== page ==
SJW YA Authors Object to 'Clean Teen' Fiction
It's tough to find a book for pre-teens and teens without graphic sex and violence. The "Young Adult" section, which is marketed to kids from nine to seventeen, is full of stuff most parents would not want their children reading about. Because of it, sites like Common Sense Media, where you can see what kind of content is in the books before you let your kid read them, are very popular with parents. Parents and kids rate the books according to how much violence, sex, drug use, mature themes, and the like are in them. Librarians and the American Library Association are staunchly opposed to anyone categorizing books by content and liken it to censorship. They're out of their minds. On one hand, they tell parents, "It's up to you to direct your child's reading," but they offer no help in actually doing that by their refusal to mark books that contain adult content. And now that some websites are answering parents' calls for innocent plotlines by offering "Clean Teen" selections, SJW authors, who think every child should have the sexual knowledge of Caligula, have their panties in a twist about it.
"If they're named 'Clean Teen' novels what are the rest called? 'Unwashed Teen' 'Trash Teen' 'Didn't shower after soccer practice Teen' 'Say three Hail Mary's in confessional Teen?'" said Zorri Cordova, a supposed author.
The far-left weirdos are never satisfied to corrupt their own children, they want your kids too. The American Library Association loves to take potshots at Common Sense Media. "These days, Common Sense Media’s initiatives contain a less than subtle paternalism based on the conviction that its values should control children’s learning experiences," wrote Joyce Johnston on the ALA's Intellectual Freedom Blog. They have no problem, however, controlling children's learning experiences with their far-left values. For a laughable example, check out ALA's LGBT initiatives.
Kendra Levin at Simon & Schuster Books for Young Readers observes that “the meaning of ‘clean teen’ can depend on the context, but within publishing houses, I think it’s most often used to describe a buffer zone between middle grade and mature YA—books specifically geared toward the younger end of the teen spectrum. You could also call this young teen and 12-and-up YA, as opposed to 14 and up.
This suggests that 14-year-olds are ready for the Roman orgies and coke parties that are depicted in the majority of YA fiction these days (and yes, I've read them). I don't know what planet these people are living on, but it's starting to get to me. What is wrong with Little House on the Prairie? Oh yeah, Laura Ingalls Wilder has been branded a racist.
I have an exercise I like to do just to keep up with YA. You should try it sometime if you think that authors who write for young kids are decent people. I walk into a library and go to the teen section and randomly select books off the shelves. They look innocent enough, but thirty seconds into flipping through and scanning (and sometimes on the very first page I open) I find sex, swearing, and degeneracy that most adults couldn't even imagine. It's 90% garbage.
There’s a need for YA novels without risqué content, because of course there are loads of bright young readers who read up, and parents of these kids don’t want to worry about their children encountering difficult content before they’re ready,” says Anne Heltzel, executive editor at Abrams’s Amulet imprint. “For those precocious elementary school kids who have aged out of middle grade and are hungry for something more challenging, these are perfect.”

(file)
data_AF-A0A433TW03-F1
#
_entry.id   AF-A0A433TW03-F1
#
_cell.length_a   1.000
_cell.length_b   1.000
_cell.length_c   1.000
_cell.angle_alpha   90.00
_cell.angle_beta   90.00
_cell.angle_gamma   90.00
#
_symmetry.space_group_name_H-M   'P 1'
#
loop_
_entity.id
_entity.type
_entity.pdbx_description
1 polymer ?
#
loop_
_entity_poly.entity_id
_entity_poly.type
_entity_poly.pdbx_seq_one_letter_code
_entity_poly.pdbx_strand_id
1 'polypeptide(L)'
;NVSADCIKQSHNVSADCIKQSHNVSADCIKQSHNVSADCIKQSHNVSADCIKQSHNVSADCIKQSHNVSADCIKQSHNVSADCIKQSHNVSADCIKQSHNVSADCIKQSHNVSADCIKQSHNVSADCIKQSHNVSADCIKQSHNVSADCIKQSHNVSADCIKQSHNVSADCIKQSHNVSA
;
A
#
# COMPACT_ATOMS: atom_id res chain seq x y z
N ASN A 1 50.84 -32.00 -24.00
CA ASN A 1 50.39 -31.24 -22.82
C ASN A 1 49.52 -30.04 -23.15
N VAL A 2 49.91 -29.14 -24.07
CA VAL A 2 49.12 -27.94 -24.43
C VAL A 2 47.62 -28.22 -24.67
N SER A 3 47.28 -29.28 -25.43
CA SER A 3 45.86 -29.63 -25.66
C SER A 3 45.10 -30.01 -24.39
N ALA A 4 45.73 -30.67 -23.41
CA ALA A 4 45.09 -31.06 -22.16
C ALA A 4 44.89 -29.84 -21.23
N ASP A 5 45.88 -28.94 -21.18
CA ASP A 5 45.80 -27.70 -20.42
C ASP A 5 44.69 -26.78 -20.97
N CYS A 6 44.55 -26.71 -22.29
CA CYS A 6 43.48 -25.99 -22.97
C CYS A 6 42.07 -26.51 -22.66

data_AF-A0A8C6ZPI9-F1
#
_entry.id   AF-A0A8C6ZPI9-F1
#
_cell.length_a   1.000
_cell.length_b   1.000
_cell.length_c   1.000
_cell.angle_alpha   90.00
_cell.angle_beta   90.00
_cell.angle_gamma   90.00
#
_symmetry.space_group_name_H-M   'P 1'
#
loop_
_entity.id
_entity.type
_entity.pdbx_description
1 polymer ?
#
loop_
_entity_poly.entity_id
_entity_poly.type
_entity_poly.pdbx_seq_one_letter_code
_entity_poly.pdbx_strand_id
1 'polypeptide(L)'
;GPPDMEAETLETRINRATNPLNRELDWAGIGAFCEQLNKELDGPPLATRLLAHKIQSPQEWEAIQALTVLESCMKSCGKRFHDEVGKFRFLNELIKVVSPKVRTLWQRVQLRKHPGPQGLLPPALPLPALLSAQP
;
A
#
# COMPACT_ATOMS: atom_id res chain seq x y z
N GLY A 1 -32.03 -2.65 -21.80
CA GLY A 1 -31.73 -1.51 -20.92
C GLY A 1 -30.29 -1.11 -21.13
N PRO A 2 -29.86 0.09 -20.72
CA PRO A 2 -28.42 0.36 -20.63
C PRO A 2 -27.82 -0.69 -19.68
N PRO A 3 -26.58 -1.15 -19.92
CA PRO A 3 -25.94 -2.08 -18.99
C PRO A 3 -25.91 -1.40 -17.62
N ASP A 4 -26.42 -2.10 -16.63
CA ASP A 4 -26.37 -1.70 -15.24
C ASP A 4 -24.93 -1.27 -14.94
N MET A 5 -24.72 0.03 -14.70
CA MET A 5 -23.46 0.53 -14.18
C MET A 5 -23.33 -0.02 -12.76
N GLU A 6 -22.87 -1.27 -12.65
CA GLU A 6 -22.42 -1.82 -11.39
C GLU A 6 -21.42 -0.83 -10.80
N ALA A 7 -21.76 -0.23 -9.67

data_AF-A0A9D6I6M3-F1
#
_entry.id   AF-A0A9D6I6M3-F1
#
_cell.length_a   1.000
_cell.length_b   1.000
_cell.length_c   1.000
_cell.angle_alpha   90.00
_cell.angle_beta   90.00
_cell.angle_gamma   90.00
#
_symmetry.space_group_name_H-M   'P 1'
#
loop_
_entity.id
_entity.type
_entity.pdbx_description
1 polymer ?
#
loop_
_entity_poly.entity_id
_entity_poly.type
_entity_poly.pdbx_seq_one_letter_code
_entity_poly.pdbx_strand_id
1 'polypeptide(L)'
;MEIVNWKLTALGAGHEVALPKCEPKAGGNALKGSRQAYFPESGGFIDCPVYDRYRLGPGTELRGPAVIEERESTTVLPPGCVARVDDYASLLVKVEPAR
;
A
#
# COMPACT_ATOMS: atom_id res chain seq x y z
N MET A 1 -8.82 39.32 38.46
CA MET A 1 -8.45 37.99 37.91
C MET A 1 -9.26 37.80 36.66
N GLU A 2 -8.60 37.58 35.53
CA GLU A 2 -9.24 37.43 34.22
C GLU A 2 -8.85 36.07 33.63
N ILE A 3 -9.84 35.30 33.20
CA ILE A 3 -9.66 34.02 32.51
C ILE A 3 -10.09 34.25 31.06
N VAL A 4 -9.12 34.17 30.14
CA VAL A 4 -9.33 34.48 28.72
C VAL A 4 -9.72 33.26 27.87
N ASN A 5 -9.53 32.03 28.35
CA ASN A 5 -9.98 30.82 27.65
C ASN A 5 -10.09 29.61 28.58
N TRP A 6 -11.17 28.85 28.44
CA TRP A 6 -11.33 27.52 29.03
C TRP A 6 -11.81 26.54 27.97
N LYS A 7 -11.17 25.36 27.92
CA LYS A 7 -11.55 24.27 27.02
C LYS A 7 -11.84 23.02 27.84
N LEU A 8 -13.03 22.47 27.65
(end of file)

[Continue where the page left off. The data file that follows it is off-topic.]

Shouldn't the majority of books for tweens and teens be non-offensive? There's a need for non-degenerate content because almost no one writes it anymore. You'll never believe why. Young adult authors are writing for adults who can't seem to grow up and head for the adult section of the library.
Levin at S&S says that the spike in popularity of YA fiction among adults has changed the market landscape and “allowed teen fiction to stretch in so many wonderful ways—in sophistication, in subject matter.” But, she adds, “an unfortunate side effect has been that, as so much YA fiction has scooched up toward that adult audience, much of it is no longer meeting the needs of younger teens who may not be ready or interested in reading about older teen characters who act more like 20-somethings.” Anecdotally, she has heard from many parents of young teens that their kids “already feel so much pressure from the world around them—from current events, social media, the school environment—that they look to fiction as a real escape, a place where the stakes can be low and the consequences can be gentle. I think there are many teen readers out there looking for the experience that clean teen can offer.”
To all the snarky YA authors on Twitter complaining about parents and kids who just want to read a good story and not be initiated into the world of thruples, weird sex games, and non-binary furry fetishes: shut up. Write your disgusting, poorly-written propaganda books and sell your sexual degeneracy to unfortunate children whose parents can't be bothered to care about what they read. Leave the rest of us alone. You will not shame us into letting our kids read your garbage books.
Megan Fox is the author of “Believe Evidence; The Death of Due Process from Salome to #MeToo.” Follow on Twitter @MeganFoxWriter